It is probably a bit of an overstatement to say that Cal Ripken Jr. saved major league baseball 15-years ago this week when he passed Lou Gehrig to become baseball’s all-time “Iron Man”. However, there is no question that Ripken played a huge role in the healing process following the most contentious labor strike in baseball history.
Baseball had been riding high in 1994 when a desire by the owners to institute a salary cap and the insistence by the players never to accept one halted the sport in its tracks. The World Series was not held for the first time in 90 years, leaving many fans bitter and vowing never to return to “America’s Pastime.”
The strike carried into the offseason and wasn’t resolved until a federal injunction against the owners leading to the resumption of baseball in late April 1995. Overall, the strike lasted 234 days and cancelled more than 900 games while in essence changing very little.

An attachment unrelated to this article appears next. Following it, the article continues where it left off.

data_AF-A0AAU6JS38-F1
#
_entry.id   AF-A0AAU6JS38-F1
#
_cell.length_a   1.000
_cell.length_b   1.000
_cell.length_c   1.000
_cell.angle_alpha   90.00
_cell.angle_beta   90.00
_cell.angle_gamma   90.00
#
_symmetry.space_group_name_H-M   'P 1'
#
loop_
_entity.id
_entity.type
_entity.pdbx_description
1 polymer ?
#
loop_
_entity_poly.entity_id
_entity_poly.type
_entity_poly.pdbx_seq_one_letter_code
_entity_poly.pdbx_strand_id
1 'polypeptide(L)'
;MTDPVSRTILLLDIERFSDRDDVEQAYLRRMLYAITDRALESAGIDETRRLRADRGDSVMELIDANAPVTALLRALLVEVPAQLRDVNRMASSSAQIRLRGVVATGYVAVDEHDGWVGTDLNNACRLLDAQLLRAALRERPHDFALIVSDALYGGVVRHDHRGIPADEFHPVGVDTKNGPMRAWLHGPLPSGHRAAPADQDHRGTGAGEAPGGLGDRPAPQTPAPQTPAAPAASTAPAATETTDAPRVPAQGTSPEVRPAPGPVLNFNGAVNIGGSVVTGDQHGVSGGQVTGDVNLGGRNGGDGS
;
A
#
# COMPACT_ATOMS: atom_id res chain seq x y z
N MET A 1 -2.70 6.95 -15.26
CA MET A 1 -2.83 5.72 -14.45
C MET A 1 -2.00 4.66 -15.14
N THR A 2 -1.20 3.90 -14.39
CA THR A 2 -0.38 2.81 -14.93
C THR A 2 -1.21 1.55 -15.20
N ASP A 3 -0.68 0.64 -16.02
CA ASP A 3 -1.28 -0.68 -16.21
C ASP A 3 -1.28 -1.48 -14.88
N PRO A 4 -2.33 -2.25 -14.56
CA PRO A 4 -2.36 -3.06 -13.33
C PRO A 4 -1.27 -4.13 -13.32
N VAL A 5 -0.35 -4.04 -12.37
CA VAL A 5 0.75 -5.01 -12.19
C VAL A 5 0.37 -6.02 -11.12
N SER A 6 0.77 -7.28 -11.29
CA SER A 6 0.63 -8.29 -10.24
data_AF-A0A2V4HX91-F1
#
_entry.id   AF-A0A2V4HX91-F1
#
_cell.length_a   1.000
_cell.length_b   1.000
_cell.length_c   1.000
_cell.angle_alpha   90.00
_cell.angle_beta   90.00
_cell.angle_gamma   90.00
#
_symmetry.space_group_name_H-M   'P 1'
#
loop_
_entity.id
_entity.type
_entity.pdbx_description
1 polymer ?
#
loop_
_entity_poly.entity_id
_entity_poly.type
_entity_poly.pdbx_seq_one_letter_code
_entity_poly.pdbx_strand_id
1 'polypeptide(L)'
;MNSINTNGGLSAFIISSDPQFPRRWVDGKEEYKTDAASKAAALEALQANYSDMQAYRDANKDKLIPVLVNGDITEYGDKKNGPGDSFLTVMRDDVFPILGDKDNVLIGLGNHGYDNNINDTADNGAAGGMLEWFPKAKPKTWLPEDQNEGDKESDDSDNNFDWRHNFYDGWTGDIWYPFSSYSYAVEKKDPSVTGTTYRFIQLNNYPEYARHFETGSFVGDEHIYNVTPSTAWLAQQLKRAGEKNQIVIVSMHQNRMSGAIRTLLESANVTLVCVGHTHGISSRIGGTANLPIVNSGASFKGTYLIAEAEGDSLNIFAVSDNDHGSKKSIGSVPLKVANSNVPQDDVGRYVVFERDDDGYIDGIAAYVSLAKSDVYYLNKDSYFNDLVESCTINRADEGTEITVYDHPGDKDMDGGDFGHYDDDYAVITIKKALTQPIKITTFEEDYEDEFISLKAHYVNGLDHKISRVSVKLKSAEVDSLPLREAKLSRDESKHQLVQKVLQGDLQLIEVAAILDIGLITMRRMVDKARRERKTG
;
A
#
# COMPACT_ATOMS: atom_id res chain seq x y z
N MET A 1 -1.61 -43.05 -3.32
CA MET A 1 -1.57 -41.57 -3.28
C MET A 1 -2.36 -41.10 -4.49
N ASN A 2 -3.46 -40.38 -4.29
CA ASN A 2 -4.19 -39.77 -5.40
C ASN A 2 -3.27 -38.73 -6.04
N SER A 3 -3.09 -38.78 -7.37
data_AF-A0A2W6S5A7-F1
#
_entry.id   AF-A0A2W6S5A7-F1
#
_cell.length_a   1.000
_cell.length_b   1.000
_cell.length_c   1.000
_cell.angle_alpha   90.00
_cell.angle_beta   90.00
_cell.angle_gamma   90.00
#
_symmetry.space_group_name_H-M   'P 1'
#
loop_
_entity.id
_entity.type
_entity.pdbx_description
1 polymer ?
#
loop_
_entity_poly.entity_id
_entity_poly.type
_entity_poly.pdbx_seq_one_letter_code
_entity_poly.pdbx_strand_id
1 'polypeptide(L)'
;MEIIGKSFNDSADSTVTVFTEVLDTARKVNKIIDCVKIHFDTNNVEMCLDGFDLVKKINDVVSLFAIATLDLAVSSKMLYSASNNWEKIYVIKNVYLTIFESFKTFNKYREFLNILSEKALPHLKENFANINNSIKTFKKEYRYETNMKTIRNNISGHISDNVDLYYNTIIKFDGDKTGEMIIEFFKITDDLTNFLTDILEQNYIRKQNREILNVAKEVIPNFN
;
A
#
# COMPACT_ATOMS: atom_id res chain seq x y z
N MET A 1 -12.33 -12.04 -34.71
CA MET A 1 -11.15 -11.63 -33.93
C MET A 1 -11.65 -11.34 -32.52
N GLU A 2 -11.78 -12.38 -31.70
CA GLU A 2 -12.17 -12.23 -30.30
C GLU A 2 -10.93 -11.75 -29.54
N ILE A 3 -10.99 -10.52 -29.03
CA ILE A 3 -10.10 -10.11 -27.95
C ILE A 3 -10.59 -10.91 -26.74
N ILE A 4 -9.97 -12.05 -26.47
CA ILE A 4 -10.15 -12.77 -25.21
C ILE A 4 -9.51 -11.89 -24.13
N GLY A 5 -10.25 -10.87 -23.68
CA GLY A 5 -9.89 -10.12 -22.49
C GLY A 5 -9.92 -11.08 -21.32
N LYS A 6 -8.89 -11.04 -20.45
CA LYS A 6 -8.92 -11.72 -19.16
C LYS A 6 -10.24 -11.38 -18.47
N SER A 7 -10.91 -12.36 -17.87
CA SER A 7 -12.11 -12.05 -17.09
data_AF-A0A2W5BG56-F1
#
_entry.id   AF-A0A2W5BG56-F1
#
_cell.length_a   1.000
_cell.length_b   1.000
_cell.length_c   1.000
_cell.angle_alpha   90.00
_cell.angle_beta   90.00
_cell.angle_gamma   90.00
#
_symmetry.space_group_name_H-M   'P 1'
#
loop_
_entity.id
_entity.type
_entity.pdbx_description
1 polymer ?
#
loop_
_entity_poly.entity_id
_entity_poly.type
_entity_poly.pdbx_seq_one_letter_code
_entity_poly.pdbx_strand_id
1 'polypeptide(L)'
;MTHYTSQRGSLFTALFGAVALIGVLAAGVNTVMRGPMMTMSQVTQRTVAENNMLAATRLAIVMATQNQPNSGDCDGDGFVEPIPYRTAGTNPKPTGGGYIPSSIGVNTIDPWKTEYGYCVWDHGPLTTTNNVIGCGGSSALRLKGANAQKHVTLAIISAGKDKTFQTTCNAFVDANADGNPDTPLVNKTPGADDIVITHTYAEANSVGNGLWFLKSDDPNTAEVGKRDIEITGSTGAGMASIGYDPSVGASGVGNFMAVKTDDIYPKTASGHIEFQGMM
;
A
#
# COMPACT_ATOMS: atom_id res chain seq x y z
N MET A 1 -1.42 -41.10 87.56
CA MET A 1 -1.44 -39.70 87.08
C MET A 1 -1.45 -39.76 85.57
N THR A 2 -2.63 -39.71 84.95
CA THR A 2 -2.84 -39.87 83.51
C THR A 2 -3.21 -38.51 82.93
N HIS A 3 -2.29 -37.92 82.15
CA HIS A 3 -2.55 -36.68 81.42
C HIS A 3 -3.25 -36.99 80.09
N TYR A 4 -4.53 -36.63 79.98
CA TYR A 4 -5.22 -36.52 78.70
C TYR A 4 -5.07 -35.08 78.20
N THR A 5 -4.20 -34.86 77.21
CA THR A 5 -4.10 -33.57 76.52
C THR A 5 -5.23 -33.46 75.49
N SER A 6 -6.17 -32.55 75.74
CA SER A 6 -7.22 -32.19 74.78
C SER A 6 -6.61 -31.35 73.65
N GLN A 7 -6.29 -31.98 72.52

As could be expected, when baseball did return the fans were not rushing back to greet the players as long-lost heroes.
Instead, fans displayed their disillusion with both sides by staying away in droves as stadiums that were typically full were suddenly seeing large swaths of empty seats. Those who did come to the ballparks often brought with them signs reflecting their frustration with sayings such as “$hame on You” or shouted comments like “You ruined the game!”
For most of the 1995 season teams across the league saw attendance figures plummet as baseball struggled to regain the interest of fans who had realized there were other things to occupy time and interest. Read the rest of this entry →